Today, Bilyar is a collection of ancient architecture dating from the 10th to the 12th centuries. It is the site of an archaeological dig that has already resulted in the discovery of the remains of a white-walled Cathedral Mosque with an area of about 2,500 square metres (27,000 square feet), a palatial complex, fortifications, Bulgarian aristocratic houses and a caravanserai.

The Bilyarsk Open-Air Museum includes a Museum of History and Archaeology, a memorial house in honour of Russian chemist Alexander Arbuzov who founded the scientific school of organophosphorus chemistry, the site of the ancient city of Bilyar, and the Holy Spring, which was considered a pagan sanctuary as far back as the ninth century. There are plans to open a Museum of History and Ethnography.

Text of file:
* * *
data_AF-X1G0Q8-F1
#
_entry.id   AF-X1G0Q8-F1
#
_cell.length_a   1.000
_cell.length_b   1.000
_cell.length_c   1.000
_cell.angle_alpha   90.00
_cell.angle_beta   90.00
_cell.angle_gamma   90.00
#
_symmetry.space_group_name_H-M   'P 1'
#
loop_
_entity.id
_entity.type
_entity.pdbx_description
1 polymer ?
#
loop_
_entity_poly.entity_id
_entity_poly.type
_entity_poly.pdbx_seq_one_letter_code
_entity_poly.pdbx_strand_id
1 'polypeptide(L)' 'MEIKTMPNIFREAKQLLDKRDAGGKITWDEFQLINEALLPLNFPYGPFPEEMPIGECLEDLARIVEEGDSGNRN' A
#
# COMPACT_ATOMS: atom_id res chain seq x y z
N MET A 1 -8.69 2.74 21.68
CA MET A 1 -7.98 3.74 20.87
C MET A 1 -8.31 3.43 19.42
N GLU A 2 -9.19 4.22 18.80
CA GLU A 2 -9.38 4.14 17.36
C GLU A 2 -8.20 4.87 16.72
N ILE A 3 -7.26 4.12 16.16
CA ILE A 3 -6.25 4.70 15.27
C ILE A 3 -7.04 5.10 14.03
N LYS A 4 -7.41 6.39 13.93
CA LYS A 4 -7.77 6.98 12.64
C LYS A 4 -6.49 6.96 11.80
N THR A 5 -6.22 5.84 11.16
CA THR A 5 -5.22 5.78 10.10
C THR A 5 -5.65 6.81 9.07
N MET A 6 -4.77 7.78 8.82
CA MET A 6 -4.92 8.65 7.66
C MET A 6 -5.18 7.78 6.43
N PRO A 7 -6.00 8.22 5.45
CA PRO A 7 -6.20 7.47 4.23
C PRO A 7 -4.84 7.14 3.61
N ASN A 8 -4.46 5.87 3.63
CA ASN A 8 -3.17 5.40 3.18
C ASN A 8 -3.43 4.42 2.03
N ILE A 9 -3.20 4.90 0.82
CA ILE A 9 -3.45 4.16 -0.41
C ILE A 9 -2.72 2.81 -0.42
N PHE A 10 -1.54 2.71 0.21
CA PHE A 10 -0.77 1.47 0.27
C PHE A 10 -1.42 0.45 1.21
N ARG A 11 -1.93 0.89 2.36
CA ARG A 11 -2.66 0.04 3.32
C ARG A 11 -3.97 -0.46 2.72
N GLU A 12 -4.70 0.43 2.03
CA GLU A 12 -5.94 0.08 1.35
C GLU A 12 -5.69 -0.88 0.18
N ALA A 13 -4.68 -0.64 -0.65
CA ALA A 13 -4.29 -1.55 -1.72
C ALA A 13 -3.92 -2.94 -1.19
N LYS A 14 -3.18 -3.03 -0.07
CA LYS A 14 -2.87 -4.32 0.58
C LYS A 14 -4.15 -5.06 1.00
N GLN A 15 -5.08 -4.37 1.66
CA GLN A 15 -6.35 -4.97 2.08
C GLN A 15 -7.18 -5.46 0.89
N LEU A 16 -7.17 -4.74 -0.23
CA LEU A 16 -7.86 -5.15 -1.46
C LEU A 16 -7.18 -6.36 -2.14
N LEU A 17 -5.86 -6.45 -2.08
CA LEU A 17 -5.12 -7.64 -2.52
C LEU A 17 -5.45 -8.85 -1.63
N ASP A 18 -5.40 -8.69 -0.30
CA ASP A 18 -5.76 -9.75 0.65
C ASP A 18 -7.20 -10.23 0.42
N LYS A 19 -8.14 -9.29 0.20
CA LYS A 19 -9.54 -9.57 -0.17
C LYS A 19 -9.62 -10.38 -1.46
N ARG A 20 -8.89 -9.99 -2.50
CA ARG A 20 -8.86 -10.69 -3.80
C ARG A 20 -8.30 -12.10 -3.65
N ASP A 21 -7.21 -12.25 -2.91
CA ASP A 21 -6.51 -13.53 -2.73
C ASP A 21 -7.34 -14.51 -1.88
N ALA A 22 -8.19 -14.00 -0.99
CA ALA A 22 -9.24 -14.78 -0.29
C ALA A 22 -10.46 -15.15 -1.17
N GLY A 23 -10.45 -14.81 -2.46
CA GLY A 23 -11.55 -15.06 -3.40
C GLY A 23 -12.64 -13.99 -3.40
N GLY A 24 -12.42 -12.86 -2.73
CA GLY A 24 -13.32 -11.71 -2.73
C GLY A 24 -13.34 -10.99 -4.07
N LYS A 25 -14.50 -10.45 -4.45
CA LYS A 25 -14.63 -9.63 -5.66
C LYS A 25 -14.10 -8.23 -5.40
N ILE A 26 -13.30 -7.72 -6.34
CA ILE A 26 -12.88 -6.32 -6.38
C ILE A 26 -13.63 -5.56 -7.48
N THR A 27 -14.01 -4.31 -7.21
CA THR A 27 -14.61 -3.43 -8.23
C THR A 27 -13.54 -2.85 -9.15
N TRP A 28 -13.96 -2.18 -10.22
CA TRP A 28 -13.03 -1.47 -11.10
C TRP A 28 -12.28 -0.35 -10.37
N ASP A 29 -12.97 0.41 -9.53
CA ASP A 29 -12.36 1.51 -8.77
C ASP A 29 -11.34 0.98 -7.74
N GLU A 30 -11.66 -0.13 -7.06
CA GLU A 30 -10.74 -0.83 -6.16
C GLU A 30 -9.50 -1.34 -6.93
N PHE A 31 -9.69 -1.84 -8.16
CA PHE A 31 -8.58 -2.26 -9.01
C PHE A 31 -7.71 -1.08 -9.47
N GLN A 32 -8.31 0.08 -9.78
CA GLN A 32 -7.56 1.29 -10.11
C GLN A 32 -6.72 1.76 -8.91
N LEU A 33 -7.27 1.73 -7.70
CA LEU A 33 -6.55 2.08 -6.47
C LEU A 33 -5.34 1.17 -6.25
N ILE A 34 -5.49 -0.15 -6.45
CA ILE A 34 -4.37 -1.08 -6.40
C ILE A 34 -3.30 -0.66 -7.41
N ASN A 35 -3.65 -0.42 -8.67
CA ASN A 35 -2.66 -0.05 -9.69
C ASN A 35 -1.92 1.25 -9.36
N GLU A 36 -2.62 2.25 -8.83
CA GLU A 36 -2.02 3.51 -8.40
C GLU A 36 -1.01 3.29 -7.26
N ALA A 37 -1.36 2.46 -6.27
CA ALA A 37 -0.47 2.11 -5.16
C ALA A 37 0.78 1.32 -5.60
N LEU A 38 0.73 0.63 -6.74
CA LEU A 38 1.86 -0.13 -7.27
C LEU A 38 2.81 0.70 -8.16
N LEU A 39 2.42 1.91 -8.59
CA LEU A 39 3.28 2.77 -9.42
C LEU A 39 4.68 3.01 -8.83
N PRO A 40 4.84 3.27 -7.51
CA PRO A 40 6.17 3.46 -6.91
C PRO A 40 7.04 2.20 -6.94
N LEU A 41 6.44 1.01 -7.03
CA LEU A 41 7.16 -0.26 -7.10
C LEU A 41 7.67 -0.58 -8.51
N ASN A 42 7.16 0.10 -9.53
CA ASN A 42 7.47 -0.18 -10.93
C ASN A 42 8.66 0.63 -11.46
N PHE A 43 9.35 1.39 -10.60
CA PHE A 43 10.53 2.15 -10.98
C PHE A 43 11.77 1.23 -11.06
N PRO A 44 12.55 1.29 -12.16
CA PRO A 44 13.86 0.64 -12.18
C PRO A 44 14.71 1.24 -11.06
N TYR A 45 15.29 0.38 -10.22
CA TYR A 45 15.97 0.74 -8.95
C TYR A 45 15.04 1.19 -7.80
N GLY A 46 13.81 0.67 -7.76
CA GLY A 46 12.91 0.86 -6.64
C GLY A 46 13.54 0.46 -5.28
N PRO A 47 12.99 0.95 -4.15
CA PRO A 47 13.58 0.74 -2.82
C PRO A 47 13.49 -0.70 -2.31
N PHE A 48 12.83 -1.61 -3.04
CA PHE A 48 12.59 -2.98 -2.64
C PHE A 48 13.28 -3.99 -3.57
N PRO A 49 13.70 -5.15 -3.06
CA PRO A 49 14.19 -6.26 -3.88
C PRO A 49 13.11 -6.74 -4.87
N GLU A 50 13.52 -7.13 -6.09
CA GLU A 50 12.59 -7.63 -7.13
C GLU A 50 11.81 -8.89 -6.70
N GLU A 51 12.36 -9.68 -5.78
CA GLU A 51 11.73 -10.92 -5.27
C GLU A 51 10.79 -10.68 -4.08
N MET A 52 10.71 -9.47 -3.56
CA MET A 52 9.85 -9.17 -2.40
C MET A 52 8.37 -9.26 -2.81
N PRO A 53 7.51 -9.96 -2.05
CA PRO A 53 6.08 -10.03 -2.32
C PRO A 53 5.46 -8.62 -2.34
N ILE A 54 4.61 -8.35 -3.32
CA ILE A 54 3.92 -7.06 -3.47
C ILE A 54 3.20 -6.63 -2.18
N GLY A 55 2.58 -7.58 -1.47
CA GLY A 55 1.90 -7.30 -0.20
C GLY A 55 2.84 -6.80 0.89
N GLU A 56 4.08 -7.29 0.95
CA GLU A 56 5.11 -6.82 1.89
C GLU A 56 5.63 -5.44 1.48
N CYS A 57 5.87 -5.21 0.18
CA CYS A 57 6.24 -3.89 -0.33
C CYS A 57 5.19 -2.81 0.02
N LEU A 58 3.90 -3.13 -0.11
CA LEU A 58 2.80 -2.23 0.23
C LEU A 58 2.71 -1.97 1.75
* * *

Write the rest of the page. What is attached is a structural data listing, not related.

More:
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To get from Bilyarsk to Bolgar requires a journey of 110 kilometres (69 miles) on Trassa R-240 (R-240 Highway), through the villages of Bazarnye Mataki and Nikolskoye. In 2014, the Bolgar State Historical and Architectural Museum Reserve was added to the UNESCO World Heritage List. Bolgar (Bolghar) is the centre of Volga-Kama Bulgaria, the first early feudal state of North-Eastern Europe. It was established in the 10th century by Bulgarians who left the Caucasus and moved to the middle reaches of the Volga River and beyond the Kama River (other group of migrants moved beyond the Danube River, while the Bulgarians who stayed behind are now known as the Balkar people). The Bulgarians were Turkic people who assimilated local Turkic and Finno-Ugric tribes. In 922 AD, the Bulgarians officially converted to Islam and a special embassy was dispatched from Baghdad in honour of this event. Prince Almish took the Muslim name of Ja'far ibn 'Abdullah. Following the Mongol conquest, Volga Bulgaria joined the Golden Horde, which – under the influence of its subjugated peoples – soon accepted Islam as its dominant religion.